Compare those cases to Madoff:
Madoff put under house arrest – in $7m apartment (Times)
That is called justice.
One can spend a long time in jail in the U.S. without ever being charged with a crime. It happened to H. Beatty Chadwick, a former Philadelphia-area lawyer, who has been behind bars for nearly 14 years without being charged.
Businessman Manuel Osete spent nearly three years in an Arizona jail without ever receiving a criminal charge. And investment manager Martin Armstrong faced a similar situation when he was held for more than six years in a Manhattan jail.
All three men were jailed for civil contempt, a murky legal concept. Some scholars say it is too often abused by judges, to the detriment of those charged and their due-process rights. “These results of too many civil-contempt confinements are flatly outrageous and often unconstitutional,” says Jayne Ressler, a professor at Brooklyn Law School.
In some contexts, the federal system limits civil-contempt confinement to 18 months. Some states have similar limits. But in other states, judges face few restrictions on how long someone can be held in civil contempt.
A judge generally can issue either a civil or criminal contempt charge whenever he or she feels that a party has disobeyed an order or has disrupted a proceeding.
In a criminal contempt charge, which is aimed at punishing bad behavior, a defendant is afforded the due-process safeguards of the criminal system, including a possible jury trial.
Civil contempt charges, on the other hand, are meant to be coercive, issued to force behavior such as making a witness testify, compelling a journalist to reveal sources or strong-arming a parent into paying child support. Because civil “contemnors” hold the key to their own freedom — after all, complying will spring them — they aren’t given the same due-process rights as criminal defendants.
If someone held for civil contempt can’t meet the judge’s order, theoretically, the confinement should end. And while long-term civil confinements are unusual, problems arise when a court doesn’t believe the person. With the party and judge at loggerheads over, say, the availability of funds, it is often the contemnor who loses, forced to remain behind bars at the mercy of a skeptical judge. That has sparked cries for reform.
Consider Mr. Chadwick’s case. In 1994, during divorce proceedings, a Delaware County judge held Mr. Chadwick in civil contempt for failing to put $2.5 million in a court-controlled account. He says he lost the money in bad investments; his wife’s attorney claimed he had hidden it offshore. In April 1995, Mr. Chadwick was arrested and detained. Nearly 14 years later, Mr. Chadwick, who suffers from non-Hodgkin’s lymphoma, is still in jail — even after a retired judge was hired to help locate the money, and failed.
“The money is gone,” says Mr. Chadwick’s lawyer, Michael Malloy. “The coercive effect of this order is gone; it has turned into a life sentence.”
The judge who held Mr. Chadwick in contempt in 1994 couldn’t be reached for comment, but he has said publicly that he doesn’t believe Mr. Chadwick lacks the funds.
Few argue that civil-contempt confinement should be abandoned altogether. “The threat of jail is sometimes the only thing that will make a person comply with a court order,” says Adam Winkler, a professor at UCLA law school.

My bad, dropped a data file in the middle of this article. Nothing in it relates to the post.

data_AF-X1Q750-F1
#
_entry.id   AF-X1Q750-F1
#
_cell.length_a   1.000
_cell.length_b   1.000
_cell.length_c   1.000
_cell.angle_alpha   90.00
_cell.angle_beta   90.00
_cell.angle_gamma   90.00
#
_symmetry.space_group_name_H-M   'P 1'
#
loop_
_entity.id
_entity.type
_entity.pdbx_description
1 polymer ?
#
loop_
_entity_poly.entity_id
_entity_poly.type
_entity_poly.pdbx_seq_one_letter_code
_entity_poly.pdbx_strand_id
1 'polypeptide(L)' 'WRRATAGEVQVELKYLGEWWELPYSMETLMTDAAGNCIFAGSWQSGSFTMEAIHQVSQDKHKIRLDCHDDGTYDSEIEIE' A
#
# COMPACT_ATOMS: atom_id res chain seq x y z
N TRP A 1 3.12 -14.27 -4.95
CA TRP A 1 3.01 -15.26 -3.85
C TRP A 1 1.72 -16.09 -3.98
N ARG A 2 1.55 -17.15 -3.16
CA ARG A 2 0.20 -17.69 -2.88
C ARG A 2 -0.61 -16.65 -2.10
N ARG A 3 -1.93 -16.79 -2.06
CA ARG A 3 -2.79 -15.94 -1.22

For some, including Albert Momjian, the lawyer for Mr. Chadwick’s ex-wife, the theory still holds. “There’s no doubt in my mind that he has the money and could walk out of jail next week if he wanted to,” says Mr. Momjian.
Critics question why the burden rests with contemnors such as Mr. Chadwick to prove they don’t have the money, rather than with a prosecutor to prove they do. “It runs counter to our entire system to say ‘It’s your burden to prove a negative,'” says Brooklyn Law School’s Ms. Ressler.
Another concern: While those sent to jail for civil contempt may appeal their confinements, appellate judges often will overturn lower-court rulings only if they find an “abuse of discretion,” a standard that offers trial judges wide latitude.
Reformers hope that more states enact laws limiting the terms of civil confinement, as Congress did in 1970, when it passed a statute limiting the length of civil-contempt confinement to 18 months for those who refuse to testify in federal court or to a federal grand jury. After that, if civil confinement hasn’t coerced a certain behavior, the burden would fall to the government to bring criminal charges.
“As a matter of due process, I think 18 months is enough in most cases,” says Thomas Sjoblom, the lawyer for Martin Armstrong. Mr. Sjoblom argued unsuccessfully that the 1970 law should have extended to the situation involving his client, who failed to produce $15 million in gold and antiquities in a civil suit alleging securities fraud. “After that, let the government prove a criminal case.” Mr. Armstrong is currently serving a five-year sentence for criminal conspiracy.
Of course, such a limit might give contemnors an incentive to wait, knowing that eventually they will be reunited with their riches.
Nonetheless, some states are modifying their laws. In the midst of the situation involving Mr. Osete, who was detained in Arizona from late 2002 to late 2005 for refusing to hand over more than $800,000 in alimony and interest payments, which he said he didn’t have, the Arizona Supreme Court changed its rules. Now, Arizona courts must hold hearings every 35 days for those held in civil contempt on family-law issues, and judges must find that a contemnor has the ability to comply with the order.
JANUARY 8, 2009
By ASHBY JONES
Source: The Wall Street Journal